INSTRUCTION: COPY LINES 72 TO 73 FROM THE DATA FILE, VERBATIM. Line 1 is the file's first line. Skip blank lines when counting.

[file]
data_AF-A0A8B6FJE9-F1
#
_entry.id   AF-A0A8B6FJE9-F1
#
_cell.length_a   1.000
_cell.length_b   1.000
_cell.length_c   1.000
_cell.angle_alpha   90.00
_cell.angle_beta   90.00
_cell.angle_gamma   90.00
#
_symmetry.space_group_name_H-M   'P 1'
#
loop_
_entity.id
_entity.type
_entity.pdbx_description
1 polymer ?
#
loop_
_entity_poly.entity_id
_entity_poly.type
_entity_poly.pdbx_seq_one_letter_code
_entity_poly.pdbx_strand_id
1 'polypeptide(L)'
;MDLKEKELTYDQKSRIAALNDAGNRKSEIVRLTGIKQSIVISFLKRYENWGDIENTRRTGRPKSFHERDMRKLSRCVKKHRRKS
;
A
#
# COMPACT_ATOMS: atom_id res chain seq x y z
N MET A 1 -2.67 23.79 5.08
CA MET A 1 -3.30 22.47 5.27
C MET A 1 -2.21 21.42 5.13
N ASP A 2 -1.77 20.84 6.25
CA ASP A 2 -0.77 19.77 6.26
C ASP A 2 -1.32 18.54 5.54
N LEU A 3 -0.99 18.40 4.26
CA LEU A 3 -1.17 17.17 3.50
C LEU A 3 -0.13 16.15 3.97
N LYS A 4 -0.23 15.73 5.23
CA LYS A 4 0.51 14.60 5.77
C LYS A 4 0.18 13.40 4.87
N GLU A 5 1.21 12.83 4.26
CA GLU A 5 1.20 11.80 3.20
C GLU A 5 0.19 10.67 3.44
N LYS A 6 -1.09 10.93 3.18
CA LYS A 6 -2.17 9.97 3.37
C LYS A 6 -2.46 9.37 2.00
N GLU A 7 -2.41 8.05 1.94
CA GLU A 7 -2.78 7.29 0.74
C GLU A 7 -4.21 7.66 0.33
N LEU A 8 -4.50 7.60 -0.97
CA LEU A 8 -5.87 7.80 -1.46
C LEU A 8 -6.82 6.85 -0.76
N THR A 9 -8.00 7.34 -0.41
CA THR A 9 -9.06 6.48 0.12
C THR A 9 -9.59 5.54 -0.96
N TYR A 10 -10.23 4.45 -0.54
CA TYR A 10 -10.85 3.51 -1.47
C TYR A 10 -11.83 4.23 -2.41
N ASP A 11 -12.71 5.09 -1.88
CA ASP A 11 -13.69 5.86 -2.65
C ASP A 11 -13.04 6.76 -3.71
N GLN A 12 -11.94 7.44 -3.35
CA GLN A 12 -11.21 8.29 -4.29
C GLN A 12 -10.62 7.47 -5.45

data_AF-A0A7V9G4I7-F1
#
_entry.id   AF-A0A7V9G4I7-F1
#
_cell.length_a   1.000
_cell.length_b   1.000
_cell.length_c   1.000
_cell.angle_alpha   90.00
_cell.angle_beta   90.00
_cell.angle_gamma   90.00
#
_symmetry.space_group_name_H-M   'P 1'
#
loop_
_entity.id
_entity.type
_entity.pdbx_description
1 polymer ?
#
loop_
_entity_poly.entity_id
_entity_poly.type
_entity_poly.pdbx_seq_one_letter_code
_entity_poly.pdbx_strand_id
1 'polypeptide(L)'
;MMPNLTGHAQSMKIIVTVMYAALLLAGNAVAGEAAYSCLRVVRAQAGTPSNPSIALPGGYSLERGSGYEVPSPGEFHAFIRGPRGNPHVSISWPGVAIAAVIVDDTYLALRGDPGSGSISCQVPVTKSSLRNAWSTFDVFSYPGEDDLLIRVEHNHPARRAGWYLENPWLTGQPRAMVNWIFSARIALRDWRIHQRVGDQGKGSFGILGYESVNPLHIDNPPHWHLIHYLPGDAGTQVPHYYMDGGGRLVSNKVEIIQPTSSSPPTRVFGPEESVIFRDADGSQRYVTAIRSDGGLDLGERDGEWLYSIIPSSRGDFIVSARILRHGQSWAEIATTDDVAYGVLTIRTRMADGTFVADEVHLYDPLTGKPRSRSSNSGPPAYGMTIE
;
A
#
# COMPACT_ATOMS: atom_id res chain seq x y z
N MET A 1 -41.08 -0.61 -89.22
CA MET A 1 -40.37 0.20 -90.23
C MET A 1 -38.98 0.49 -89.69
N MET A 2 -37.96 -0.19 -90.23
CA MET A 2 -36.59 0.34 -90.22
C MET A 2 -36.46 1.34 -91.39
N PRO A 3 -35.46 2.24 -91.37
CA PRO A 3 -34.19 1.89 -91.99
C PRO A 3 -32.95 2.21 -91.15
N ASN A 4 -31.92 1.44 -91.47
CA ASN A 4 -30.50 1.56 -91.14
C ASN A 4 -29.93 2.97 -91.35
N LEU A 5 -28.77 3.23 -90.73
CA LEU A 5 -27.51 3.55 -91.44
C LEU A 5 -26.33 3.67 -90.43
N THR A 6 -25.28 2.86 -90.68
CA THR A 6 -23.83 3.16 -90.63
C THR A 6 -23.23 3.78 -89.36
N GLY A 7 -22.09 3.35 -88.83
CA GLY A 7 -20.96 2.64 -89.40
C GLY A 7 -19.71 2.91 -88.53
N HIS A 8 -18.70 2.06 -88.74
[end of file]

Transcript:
_cell.length_b   1.000
_cell.length_c   1.000